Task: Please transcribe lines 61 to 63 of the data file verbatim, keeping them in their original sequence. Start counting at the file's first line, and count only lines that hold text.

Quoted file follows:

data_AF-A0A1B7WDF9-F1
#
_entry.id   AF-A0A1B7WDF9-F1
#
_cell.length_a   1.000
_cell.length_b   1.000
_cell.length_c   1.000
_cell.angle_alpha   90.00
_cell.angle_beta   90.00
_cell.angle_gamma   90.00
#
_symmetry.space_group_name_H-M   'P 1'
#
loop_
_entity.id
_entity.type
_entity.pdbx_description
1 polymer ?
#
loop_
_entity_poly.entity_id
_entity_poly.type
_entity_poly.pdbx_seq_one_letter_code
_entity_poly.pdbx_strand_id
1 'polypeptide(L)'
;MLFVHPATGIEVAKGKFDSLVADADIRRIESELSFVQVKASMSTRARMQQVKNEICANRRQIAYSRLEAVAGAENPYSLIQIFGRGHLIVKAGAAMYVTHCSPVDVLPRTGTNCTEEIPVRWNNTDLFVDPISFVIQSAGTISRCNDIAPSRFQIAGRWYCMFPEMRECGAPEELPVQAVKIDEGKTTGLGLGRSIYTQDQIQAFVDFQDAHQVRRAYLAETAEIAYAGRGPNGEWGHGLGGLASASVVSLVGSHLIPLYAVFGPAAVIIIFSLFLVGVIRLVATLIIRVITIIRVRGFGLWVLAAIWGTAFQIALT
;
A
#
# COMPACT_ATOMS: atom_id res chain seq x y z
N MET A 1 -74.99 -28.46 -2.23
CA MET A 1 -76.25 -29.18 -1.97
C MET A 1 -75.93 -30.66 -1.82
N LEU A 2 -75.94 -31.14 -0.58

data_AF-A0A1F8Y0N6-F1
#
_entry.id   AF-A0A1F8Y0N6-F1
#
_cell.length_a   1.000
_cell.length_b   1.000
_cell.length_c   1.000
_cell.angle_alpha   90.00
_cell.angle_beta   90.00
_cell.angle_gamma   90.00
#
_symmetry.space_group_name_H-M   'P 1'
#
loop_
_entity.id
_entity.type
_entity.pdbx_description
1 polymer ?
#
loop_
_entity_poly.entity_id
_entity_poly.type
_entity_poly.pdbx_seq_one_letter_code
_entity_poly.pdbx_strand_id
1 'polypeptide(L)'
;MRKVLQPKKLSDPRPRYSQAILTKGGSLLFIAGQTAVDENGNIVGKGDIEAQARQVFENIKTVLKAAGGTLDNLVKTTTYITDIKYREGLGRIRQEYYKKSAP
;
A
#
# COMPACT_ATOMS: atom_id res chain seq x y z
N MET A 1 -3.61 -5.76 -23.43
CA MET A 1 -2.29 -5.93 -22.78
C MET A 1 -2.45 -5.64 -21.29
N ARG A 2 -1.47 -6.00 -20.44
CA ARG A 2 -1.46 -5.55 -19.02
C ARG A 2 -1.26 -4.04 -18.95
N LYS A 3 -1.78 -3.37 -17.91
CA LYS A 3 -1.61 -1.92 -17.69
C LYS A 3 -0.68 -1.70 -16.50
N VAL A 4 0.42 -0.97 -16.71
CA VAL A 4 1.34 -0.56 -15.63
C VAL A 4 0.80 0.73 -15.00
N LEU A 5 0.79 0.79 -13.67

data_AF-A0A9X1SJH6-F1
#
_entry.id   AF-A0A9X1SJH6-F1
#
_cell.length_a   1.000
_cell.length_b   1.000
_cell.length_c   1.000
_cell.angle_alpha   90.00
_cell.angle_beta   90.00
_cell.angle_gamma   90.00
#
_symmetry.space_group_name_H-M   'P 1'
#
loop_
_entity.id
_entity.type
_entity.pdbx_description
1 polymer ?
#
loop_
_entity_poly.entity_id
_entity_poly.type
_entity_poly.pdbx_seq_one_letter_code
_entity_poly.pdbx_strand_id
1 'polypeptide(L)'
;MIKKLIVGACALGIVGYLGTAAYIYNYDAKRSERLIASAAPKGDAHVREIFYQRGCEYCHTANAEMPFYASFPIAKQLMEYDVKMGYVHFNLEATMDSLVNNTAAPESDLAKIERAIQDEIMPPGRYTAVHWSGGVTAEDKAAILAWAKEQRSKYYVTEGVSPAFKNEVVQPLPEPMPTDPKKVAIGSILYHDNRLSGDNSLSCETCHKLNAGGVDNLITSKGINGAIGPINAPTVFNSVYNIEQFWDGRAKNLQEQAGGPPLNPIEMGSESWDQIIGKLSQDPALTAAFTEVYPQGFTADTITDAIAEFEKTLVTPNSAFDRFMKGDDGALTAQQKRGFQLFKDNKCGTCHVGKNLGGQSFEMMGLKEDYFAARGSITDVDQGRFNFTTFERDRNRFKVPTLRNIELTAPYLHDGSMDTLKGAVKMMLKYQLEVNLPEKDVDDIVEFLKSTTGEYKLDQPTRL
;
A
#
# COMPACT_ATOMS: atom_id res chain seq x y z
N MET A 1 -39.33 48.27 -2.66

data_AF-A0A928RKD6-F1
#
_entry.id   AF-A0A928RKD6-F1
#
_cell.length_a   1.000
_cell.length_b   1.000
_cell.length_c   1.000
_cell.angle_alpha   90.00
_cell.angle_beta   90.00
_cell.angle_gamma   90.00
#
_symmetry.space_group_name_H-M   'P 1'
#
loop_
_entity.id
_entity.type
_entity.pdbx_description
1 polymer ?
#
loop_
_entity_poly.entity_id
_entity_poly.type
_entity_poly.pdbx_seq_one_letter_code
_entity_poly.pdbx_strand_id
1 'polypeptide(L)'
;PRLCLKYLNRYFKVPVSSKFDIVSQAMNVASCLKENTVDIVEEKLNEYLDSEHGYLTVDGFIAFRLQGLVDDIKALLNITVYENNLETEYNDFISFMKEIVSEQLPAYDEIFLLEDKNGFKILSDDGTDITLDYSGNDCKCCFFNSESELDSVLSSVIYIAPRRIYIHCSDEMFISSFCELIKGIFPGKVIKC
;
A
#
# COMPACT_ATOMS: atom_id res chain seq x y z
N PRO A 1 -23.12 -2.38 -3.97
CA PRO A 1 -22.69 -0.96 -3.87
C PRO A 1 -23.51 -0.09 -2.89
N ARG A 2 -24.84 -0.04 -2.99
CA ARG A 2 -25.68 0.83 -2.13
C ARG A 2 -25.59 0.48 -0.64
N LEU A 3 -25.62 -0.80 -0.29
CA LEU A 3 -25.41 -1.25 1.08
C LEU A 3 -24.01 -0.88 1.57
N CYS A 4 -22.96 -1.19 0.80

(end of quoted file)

;
A
#